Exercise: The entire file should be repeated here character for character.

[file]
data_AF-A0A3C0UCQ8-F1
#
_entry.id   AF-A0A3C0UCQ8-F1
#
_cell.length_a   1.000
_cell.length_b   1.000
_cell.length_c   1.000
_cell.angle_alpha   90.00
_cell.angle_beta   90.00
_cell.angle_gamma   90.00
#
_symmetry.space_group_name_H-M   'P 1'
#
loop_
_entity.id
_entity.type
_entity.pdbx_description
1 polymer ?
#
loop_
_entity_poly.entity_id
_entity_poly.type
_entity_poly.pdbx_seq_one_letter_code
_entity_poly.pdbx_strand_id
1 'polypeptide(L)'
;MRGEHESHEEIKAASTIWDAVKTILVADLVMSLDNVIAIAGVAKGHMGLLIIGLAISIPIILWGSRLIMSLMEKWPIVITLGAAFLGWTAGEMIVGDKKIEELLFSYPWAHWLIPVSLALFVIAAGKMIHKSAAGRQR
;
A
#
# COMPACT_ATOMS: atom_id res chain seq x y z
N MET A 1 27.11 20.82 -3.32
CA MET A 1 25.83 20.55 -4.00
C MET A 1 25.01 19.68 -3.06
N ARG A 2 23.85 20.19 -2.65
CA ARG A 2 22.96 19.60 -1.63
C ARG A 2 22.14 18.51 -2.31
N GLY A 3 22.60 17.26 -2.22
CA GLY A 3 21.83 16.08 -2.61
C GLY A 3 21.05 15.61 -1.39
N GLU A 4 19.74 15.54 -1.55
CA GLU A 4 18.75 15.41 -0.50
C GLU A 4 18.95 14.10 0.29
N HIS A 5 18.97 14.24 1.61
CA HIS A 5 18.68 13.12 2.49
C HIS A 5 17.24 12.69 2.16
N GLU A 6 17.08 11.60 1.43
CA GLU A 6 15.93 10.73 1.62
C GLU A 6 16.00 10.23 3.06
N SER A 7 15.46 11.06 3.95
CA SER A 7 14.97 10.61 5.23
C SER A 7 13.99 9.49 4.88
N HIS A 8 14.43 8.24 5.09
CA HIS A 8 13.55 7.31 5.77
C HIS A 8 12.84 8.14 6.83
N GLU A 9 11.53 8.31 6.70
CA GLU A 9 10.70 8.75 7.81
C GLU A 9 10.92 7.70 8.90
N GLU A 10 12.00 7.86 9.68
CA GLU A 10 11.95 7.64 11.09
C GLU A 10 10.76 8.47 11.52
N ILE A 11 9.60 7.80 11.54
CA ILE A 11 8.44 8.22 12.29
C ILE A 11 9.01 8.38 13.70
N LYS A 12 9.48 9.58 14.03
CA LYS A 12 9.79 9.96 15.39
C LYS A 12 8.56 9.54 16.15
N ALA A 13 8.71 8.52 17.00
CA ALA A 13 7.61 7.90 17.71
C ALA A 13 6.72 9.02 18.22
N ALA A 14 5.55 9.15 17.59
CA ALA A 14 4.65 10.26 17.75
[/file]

data_AF-A0A3C0UCQ8-F1
#
_entry.id   AF-A0A3C0UCQ8-F1
#
_cell.length_a   1.000
_cell.length_b   1.000
_cell.length_c   1.000
_cell.angle_alpha   90.00
_cell.angle_beta   90.00
_cell.angle_gamma   90.00
#
_symmetry.space_group_name_H-M   'P 1'
#
loop_
_entity.id
_entity.type
_entity.pdbx_description
1 polymer ?
#
loop_
_entity_poly.entity_id
_entity_poly.type
_entity_poly.pdbx_seq_one_letter_code
_entity_poly.pdbx_strand_id
1 'polypeptide(L)'
;MRGEHESHEEIKAASTIWDAVKTILVADLVMSLDNVIAIAGVAKGHMGLLIIGLAISIPIILWGSRLIMSLMEKWPIVITLGAAFLGWTAGEMIVGDKKIEELLFSYPWAHWLIPVSLALFVIAAGKMIHKSAAGRQR
;
A
#
# COMPACT_ATOMS: atom_id res chain seq x y z
N MET A 1 27.11 20.82 -3.32
CA MET A 1 25.83 20.55 -4.00
C MET A 1 25.01 19.68 -3.06
N ARG A 2 23.85 20.19 -2.65
CA ARG A 2 22.96 19.60 -1.63
C ARG A 2 22.14 18.51 -2.31
N GLY A 3 22.60 17.26 -2.22
CA GLY A 3 21.83 16.08 -2.61
C GLY A 3 21.05 15.61 -1.39
N GLU A 4 19.74 15.54 -1.55
CA GLU A 4 18.75 15.41 -0.50
C GLU A 4 18.95 14.10 0.29
N HIS A 5 18.97 14.24 1.61
CA HIS A 5 18.68 13.12 2.49
C HIS A 5 17.24 12.69 2.16
N GLU A 6 17.08 11.60 1.43
CA GLU A 6 15.93 10.73 1.62
C GLU A 6 16.00 10.23 3.06
N SER A 7 15.46 11.06 3.95
CA SER A 7 14.97 10.61 5.23
C SER A 7 13.99 9.49 4.88
N HIS A 8 14.43 8.24 5.09
CA HIS A 8 13.55 7.31 5.77
C HIS A 8 12.84 8.14 6.83
N GLU A 9 11.53 8.31 6.70
CA GLU A 9 10.70 8.75 7.81
C GLU A 9 10.92 7.70 8.90
N GLU A 10 12.00 7.86 9.68
CA GLU A 10 11.95 7.64 11.09
C GLU A 10 10.76 8.47 11.52
N ILE A 11 9.60 7.80 11.54
CA ILE A 11 8.44 8.22 12.29
C ILE A 11 9.01 8.38 13.70
N LYS A 12 9.48 9.58 14.03
CA LYS A 12 9.79 9.96 15.39
C LYS A 12 8.56 9.54 16.15
N ALA A 13 8.71 8.52 17.00
CA ALA A 13 7.61 7.90 17.71
C ALA A 13 6.72 9.02 18.22
N ALA A 14 5.55 9.15 17.59
CA ALA A 14 4.65 10.26 17.75